Menstrual Disorder

Menstruation begins between the age of 11–13 years and stops at around 45 years of age. Menstrual disorders that commonly occur are dysfunctional uterine bleeding (DUB), pre–menstrual syndrome, post–menopausal bleeding, dysmenorrhea and leucorrhoea. Menstrual bleeding is often disturbing, debilitating and occasionally even critical.

Patterns of Abnormal Uterine Bleeding
Menorrhagia: Excessive bleeding, but the menstrual cycle may be of normal length.
Polymenorrhea: Episodes of bleeding occurring in less than 21 days.
Oligomenorrhea: Scanty menstruation.
Metrorrhagia: Irregular uterine bleeding at any time between menstrual periods.

Pre–Menstrual Syndrome
Approximately, 40 per cent of menstruating women suffer from premenstrual syndrome which tends to occur 3–7 days prior to the menstrual period. The symptoms are headaches, nausea, irritability, fatigue, bloating in the abdomen, edema in the feet and hands, craving for sweets, depression and tenderness in breast. These symptoms generally disappear on the onset of menstruation.

Treatment for Pre–Menstrual Syndrome

  • Sympathetic understanding, reassurance with the help of behavior therapist or psychologist.
  • A well–balanced diet with a restriction on salt, as water retention is quite common before the onset of menstruation.
  • Use of tender coconut water, barley water, dhania water or buttermilk has a diuretic effect.
  • Adequate rest and relaxation is essential. Practicing yoganidra or shavasan for 10 minutes regularly is beneficial.
  • Headaches can be relieved by dry head massage followed by hot foot immersion for 20 minutes.
  • Facial steam for 5–10 minutes regularly helps in providing relief from headaches.
  • Warm water bath provides relaxation and relieves fatigue and irritation.
  • Drinking a glass of warm milk with honey helps in getting good sleep.

Treatment for Excess Menstruation (Menorrhagia, Polymenorrhea)

  • Wet girdle pack at night daily for one hour.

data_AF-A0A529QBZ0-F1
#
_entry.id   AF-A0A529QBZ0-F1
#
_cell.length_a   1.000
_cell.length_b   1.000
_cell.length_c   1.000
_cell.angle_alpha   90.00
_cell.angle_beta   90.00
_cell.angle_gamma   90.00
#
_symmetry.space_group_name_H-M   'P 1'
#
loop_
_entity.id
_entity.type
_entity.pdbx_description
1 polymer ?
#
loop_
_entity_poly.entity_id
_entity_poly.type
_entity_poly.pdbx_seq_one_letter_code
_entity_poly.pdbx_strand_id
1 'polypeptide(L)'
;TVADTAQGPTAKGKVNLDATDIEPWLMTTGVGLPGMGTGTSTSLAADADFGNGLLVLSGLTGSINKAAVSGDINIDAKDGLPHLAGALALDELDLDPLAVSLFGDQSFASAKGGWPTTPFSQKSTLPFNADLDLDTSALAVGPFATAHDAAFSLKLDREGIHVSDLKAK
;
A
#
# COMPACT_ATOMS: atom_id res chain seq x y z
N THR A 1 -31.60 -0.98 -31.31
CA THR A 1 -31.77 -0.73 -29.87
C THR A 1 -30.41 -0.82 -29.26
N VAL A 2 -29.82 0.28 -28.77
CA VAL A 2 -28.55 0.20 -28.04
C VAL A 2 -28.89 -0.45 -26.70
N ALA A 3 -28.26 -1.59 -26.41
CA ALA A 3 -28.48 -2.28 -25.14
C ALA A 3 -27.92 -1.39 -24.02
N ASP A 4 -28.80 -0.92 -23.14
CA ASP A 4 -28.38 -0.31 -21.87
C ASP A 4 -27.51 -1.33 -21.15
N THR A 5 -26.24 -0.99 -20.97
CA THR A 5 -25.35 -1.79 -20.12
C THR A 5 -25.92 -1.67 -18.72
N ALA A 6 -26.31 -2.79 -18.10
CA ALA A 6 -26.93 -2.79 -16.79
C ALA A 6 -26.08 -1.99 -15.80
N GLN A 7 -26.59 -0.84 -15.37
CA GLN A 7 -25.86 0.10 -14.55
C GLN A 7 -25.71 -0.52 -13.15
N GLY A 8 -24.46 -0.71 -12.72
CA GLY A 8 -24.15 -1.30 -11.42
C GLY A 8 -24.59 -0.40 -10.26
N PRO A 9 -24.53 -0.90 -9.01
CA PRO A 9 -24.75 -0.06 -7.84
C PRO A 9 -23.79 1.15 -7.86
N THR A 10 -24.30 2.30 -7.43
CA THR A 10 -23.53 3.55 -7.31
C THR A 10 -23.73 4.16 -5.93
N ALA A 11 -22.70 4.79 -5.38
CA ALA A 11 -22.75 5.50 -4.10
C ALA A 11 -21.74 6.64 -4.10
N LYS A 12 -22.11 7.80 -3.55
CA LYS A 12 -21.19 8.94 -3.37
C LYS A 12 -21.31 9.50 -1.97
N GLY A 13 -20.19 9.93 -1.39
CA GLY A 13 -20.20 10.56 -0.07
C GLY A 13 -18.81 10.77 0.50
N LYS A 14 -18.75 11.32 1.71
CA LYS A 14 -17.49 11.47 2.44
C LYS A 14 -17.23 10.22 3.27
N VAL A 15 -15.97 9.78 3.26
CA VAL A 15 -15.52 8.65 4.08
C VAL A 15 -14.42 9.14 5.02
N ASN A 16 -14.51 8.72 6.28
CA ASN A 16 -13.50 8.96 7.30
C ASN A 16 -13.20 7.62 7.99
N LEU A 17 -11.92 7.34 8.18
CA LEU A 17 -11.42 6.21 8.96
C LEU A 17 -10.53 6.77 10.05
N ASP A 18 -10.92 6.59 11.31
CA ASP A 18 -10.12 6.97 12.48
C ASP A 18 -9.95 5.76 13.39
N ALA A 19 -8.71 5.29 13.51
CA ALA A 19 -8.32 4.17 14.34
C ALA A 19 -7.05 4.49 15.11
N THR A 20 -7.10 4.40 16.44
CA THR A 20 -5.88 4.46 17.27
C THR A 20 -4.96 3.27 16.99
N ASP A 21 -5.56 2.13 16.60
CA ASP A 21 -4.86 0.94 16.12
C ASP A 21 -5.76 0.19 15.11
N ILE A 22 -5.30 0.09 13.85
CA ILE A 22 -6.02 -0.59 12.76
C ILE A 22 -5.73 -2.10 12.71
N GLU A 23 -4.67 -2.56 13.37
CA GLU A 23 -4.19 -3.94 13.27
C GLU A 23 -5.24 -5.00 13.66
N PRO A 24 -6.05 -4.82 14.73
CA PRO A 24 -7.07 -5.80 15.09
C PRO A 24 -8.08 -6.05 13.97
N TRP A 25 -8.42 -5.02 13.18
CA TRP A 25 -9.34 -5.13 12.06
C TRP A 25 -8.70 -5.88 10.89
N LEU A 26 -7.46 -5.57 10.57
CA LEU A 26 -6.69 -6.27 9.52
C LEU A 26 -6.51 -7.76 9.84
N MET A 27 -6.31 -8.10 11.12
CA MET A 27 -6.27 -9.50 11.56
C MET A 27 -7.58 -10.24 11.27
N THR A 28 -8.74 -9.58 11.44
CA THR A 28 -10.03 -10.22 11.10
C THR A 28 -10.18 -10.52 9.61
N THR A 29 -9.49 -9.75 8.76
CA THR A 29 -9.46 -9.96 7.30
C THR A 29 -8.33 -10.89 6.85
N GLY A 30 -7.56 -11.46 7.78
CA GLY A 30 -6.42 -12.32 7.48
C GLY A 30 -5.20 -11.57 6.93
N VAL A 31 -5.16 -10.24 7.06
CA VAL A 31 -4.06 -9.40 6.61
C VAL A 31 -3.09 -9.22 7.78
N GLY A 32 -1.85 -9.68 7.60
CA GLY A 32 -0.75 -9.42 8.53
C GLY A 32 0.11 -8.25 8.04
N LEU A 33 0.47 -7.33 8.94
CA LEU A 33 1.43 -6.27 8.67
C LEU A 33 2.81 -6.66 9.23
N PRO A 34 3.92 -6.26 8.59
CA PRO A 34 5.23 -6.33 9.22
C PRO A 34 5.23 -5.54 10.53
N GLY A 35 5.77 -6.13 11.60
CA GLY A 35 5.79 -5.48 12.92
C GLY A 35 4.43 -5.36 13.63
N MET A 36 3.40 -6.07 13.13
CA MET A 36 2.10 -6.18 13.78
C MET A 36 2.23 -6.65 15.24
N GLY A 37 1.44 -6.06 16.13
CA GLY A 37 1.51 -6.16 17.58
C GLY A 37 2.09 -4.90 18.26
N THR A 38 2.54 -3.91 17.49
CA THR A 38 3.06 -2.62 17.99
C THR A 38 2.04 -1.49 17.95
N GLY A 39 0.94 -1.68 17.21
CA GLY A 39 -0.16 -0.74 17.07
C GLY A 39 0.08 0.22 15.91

• Ice–cold mud packs applied on the lower abdomen at repeated intervals help check bleeding.
  • Absolute bed rest with leg elevated in an ideal posture during Menorrhagia.
  • Cold foot and arm baths taken frequently constrict the blood vessels supplying pelvic organs thereby reducing the bleeding.
  • Preventive measures like a well–balanced diet, adequate rest, relaxation and regular physical exercises such as walking, yoga, and pranayama should be a part of the treatment.
  • All other forms of treatment which improve general health mentioned in the previous pages hold good here also.
  • If the bleeding continues even after symptomatic treatment, medical intervention is very essential. A gynecologist should be consulted immediately.

Pain that occurs during menstruation is common in about 60% of menstruating women. Sometimes, it is severe enough to interfere with normal daily activity.

Primary Dysmenorrhea
It occurs in the absence of any kind of pelvic disease. It usually starts 2–3 years after the onset of menstruation, and worsens between the ages of 17–24 years, and then subsides on its own.

Secondary Dysmenorrhea is generally due to a definite cause such as pelvic inflammation, fibroid in the uterus, endometriosis, tumors of the ovary or even presence of an intrauterine device. In all such cases of Dysmenorrhea where definite cause is known, medical intervention to correct the underlying defect will provide relief from pain.


  • Cold Hip bath daily for 10–15 minutes cures all menstrual disorders.
  • Proper, regulated well–balanced diet.
  • Regular physical exercises, except during the periods.
  • Absolute bed rest with slight elevation of both legs while lying down and a warm water bath during painful episodes of menstruation.
  • Hot fomentation to lower abdomen if bleeding is not excessive to relieve crampy abdominal pain.
  • Hot and cold hip baths or compresses to help dilate the cervix to facilitate a smooth flow of menstrual blood to relieve pain, only if bleeding is not excessive.
  • Constipation, if present, should be relieved by means of an enema.

Leucorrhoea is not a disease but the manifestation of ovulation or a local or systemic disease leading to a discharge of whitish substance, which can occur at any age and affects almost all women sometime or the other.

The discharge often gives off a strong, offensive odor and could be a source of embarrassment to the woman suffering from it. The discharge is usually without discomfort, but may result in an itching sensation in and around the genitalia.


  • Maintenance of good hygiene of the external genitalia with regular washing with warm water or with neem water is very essential.
  • Use of sanitary napkins and tampons reduce soiling of the genitalia, odor and itching.
  • Warm water hip baths for 15–20 minutes with either neem water or Epsom salt also provide relief from itching.
  • Vaginal douche with neem water prevents infection of the internal organs reversing Leucorrhoea.
  • All other measures mentioned in the previous chapters to improve general health could also be implemented in the treatment of Leucorrhoea.
  • A wet girdle pack at night for an hour tones up the uterus.